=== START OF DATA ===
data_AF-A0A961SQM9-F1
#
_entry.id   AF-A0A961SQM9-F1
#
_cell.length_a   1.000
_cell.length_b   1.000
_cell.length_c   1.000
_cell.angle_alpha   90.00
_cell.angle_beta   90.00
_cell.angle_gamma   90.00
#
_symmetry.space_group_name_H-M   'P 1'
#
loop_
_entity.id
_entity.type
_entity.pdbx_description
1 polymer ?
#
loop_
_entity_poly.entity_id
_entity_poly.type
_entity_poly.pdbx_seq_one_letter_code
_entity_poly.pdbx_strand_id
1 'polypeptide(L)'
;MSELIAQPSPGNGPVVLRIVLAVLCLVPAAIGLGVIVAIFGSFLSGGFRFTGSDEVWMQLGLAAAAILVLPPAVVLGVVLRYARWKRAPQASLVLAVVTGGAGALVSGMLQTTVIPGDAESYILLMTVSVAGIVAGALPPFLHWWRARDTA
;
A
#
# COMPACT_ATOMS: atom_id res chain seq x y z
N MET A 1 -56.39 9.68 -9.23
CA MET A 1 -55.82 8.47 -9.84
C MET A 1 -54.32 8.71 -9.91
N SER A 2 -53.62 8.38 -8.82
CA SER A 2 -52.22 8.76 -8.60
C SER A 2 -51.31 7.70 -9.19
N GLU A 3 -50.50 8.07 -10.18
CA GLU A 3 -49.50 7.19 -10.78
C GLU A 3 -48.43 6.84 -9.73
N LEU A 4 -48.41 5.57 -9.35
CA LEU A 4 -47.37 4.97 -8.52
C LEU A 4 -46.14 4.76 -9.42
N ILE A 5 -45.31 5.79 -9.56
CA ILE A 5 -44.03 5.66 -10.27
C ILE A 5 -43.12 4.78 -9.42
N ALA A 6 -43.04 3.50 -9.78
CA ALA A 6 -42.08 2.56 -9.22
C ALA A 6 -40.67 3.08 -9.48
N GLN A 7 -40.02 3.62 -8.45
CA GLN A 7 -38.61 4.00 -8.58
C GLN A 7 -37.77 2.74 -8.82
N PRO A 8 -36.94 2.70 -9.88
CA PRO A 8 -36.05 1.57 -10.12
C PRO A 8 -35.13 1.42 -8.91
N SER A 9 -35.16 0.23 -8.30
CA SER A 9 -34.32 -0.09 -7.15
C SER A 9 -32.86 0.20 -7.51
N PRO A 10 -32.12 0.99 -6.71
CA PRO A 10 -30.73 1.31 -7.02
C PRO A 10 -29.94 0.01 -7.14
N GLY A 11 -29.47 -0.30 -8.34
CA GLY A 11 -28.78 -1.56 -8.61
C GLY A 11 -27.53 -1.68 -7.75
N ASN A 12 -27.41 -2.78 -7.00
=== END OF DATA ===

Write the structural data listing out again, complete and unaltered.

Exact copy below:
data_AF-A0A961SQM9-F1
#
_entry.id   AF-A0A961SQM9-F1
#
_cell.length_a   1.000
_cell.length_b   1.000
_cell.length_c   1.000
_cell.angle_alpha   90.00
_cell.angle_beta   90.00
_cell.angle_gamma   90.00
#
_symmetry.space_group_name_H-M   'P 1'
#
loop_
_entity.id
_entity.type
_entity.pdbx_description
1 polymer ?
#
loop_
_entity_poly.entity_id
_entity_poly.type
_entity_poly.pdbx_seq_one_letter_code
_entity_poly.pdbx_strand_id
1 'polypeptide(L)'
;MSELIAQPSPGNGPVVLRIVLAVLCLVPAAIGLGVIVAIFGSFLSGGFRFTGSDEVWMQLGLAAAAILVLPPAVVLGVVLRYARWKRAPQASLVLAVVTGGAGALVSGMLQTTVIPGDAESYILLMTVSVAGIVAGALPPFLHWWRARDTA
;
A
#
# COMPACT_ATOMS: atom_id res chain seq x y z
N MET A 1 -56.39 9.68 -9.23
CA MET A 1 -55.82 8.47 -9.84
C MET A 1 -54.32 8.71 -9.91
N SER A 2 -53.62 8.38 -8.82
CA SER A 2 -52.22 8.76 -8.60
C SER A 2 -51.31 7.70 -9.19
N GLU A 3 -50.50 8.07 -10.18
CA GLU A 3 -49.50 7.19 -10.78
C GLU A 3 -48.43 6.84 -9.73
N LEU A 4 -48.41 5.57 -9.35
CA LEU A 4 -47.37 4.97 -8.52
C LEU A 4 -46.14 4.76 -9.42
N ILE A 5 -45.31 5.79 -9.56
CA ILE A 5 -44.03 5.66 -10.27
C ILE A 5 -43.12 4.78 -9.42
N ALA A 6 -43.04 3.50 -9.78
CA ALA A 6 -42.08 2.56 -9.22
C ALA A 6 -40.67 3.08 -9.48
N GLN A 7 -40.02 3.62 -8.45
CA GLN A 7 -38.61 4.00 -8.58
C GLN A 7 -37.77 2.74 -8.82
N PRO A 8 -36.94 2.70 -9.88
CA PRO A 8 -36.05 1.57 -10.12
C PRO A 8 -35.13 1.42 -8.91
N SER A 9 -35.16 0.23 -8.30
CA SER A 9 -34.32 -0.09 -7.15
C SER A 9 -32.86 0.20 -7.51
N PRO A 10 -32.12 0.99 -6.71
CA PRO A 10 -30.73 1.31 -7.02
C PRO A 10 -29.94 0.01 -7.14
N GLY A 11 -29.47 -0.30 -8.34
CA GLY A 11 -28.78 -1.56 -8.61
C GLY A 11 -27.53 -1.68 -7.75
N ASN A 12 -27.41 -2.78 -7.00